No, that is a red herring and the originator of the video should be flogged. The message in the video has since been retracted in a second video, but the first crap video is still on YT.

Is it possible to take a link out of the chain if it gets too long?
No, and the chain's life expectancy is greater than 200K km.

Some people never seem to have a problem with the doohickey/spring, so does anyone know why some do and some don't?
The KLR engine sounds like a tin box of nuts and bolts being dragged behind a donkey. It sounds worse than ton onc's 1950 Citroën deux Chevaux. A maladjusted balancer system makes a bit more noise that isn't noticed and may grind away a bit of the case but that goes unnoticed as well. And, again, most motorcycle owners simply don't keep their bikes that long before they wind up out in the barn, leaned up against the shed, or passed along to a myriad of subsequent owners.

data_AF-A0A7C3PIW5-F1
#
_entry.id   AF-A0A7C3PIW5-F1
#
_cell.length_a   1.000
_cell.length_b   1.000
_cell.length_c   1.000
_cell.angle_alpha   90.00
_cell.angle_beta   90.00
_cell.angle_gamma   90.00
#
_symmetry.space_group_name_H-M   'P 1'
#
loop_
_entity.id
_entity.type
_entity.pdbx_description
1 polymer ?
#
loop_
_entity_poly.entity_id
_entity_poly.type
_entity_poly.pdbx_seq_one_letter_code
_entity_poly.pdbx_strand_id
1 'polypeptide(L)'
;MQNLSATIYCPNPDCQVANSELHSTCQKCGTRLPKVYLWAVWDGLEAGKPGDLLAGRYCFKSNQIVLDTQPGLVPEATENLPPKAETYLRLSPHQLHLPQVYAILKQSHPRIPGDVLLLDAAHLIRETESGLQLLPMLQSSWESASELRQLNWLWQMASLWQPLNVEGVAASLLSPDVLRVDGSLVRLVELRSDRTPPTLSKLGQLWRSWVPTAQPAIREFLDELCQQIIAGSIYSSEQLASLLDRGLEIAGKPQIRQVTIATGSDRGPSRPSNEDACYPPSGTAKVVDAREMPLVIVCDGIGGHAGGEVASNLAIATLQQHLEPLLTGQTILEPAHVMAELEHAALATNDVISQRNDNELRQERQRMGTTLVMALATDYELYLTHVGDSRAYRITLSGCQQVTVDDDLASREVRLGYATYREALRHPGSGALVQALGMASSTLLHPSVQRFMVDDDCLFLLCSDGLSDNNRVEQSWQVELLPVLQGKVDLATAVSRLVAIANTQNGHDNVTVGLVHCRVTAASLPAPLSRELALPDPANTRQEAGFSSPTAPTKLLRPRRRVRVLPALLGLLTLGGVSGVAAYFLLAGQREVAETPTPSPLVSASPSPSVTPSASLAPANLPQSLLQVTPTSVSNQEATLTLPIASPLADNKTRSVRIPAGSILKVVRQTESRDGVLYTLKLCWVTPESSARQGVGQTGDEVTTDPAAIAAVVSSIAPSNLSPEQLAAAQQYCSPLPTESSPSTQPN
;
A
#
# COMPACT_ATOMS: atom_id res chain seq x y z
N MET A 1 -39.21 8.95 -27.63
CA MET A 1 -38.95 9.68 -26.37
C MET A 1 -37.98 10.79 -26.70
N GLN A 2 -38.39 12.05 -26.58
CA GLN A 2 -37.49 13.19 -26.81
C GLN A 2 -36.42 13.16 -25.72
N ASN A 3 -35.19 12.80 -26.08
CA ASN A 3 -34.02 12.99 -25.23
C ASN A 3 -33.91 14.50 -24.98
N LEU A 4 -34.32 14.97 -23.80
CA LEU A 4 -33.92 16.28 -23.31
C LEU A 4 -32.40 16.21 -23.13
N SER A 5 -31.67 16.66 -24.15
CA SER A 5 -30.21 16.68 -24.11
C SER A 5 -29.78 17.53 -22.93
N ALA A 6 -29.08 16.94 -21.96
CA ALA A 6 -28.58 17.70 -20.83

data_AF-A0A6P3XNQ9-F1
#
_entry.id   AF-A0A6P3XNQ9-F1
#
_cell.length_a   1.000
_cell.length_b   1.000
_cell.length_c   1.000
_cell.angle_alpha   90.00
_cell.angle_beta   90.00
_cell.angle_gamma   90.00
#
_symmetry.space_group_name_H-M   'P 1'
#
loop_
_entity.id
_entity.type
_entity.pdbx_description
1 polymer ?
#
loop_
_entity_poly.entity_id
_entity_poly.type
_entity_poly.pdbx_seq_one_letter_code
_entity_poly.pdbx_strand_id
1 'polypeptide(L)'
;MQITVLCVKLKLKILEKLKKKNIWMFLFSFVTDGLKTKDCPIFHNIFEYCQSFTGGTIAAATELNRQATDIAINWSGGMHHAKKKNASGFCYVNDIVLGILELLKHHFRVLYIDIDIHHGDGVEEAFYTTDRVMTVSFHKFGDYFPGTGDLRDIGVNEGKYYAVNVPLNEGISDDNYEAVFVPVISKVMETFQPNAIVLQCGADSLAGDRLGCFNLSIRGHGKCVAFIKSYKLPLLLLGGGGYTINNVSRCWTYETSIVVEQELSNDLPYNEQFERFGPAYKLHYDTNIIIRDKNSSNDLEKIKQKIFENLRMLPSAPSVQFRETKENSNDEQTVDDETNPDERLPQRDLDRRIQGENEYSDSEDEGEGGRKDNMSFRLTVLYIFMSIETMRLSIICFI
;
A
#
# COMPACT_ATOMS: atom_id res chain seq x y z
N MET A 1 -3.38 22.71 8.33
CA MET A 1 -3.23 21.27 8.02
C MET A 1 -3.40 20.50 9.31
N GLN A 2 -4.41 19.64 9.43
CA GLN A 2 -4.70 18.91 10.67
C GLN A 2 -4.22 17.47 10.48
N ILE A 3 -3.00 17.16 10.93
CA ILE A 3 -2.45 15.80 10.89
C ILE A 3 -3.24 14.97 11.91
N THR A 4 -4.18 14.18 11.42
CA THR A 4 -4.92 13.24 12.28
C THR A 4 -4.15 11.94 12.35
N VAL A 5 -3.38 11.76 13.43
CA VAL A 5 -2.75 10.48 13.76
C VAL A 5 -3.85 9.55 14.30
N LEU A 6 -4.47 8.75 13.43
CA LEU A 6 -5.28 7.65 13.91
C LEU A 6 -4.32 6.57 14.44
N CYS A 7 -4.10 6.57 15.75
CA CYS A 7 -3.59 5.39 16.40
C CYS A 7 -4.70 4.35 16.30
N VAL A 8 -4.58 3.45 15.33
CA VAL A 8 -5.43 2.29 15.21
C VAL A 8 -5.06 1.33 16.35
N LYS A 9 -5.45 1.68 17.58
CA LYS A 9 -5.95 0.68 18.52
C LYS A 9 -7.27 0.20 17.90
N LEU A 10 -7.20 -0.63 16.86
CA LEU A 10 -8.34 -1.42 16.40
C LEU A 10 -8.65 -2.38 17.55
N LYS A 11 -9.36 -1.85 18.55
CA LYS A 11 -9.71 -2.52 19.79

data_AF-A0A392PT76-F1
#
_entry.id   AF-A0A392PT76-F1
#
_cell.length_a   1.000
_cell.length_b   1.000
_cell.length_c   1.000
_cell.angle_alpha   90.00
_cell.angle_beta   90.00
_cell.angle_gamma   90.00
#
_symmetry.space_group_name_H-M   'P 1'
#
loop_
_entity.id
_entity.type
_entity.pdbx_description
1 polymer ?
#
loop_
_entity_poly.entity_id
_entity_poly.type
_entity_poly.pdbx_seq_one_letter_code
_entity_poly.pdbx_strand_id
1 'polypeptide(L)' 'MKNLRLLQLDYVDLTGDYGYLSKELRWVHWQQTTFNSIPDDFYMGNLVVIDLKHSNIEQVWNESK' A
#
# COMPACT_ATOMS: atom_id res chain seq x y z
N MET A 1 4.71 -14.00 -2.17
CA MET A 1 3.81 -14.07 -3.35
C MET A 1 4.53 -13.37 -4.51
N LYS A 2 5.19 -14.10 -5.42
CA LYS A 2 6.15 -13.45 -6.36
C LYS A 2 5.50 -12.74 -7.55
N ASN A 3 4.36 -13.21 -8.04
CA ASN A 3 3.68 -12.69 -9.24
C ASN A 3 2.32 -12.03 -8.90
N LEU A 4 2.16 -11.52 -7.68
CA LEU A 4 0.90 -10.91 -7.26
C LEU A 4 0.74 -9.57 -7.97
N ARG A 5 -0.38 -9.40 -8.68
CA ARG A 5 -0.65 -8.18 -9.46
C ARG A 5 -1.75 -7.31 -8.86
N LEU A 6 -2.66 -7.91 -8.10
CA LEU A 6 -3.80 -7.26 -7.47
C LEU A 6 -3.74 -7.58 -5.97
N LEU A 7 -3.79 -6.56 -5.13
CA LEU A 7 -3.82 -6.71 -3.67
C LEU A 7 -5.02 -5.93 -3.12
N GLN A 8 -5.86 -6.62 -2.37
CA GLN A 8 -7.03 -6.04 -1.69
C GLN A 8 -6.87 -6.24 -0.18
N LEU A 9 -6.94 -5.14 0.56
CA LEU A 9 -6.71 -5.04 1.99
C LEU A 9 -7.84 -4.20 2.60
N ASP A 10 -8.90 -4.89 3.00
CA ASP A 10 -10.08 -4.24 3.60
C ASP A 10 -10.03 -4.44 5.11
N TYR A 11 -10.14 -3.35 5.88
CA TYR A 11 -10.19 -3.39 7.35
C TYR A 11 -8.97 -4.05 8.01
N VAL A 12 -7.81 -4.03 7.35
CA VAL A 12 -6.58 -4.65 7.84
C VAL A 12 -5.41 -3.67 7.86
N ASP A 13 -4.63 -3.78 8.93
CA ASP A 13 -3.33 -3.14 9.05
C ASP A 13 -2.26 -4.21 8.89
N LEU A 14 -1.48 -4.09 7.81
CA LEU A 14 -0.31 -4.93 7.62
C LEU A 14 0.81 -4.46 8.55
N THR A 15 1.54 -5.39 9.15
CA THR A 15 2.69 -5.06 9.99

I can't imagine that after 30 years, there is no official Kawi service instructions for maintaining proper functioning if the balancer chain system, or that such instructions would be ineffective. Is this really the case? Has anyone read the service manuals?
I think the above is your misunderstanding of the owner's and service manuals.
Here's the deal. Kawasaki is not going to 'fix' this issue. They are just not going to do it. We simply accept this and install a fix-it kit. All in, it costs us the equivalent of 100 euros. It might cost you more with shipping, but if you can source a better spring to install in place of the OEM spring you would be fine. In fact, you can simply set the piston to top dead center, remove the alternator cover, loosen the adjustment bolt, push the lever to the left and tighten the bolt, and put everything back together. Do this every 10K km and you will be fine.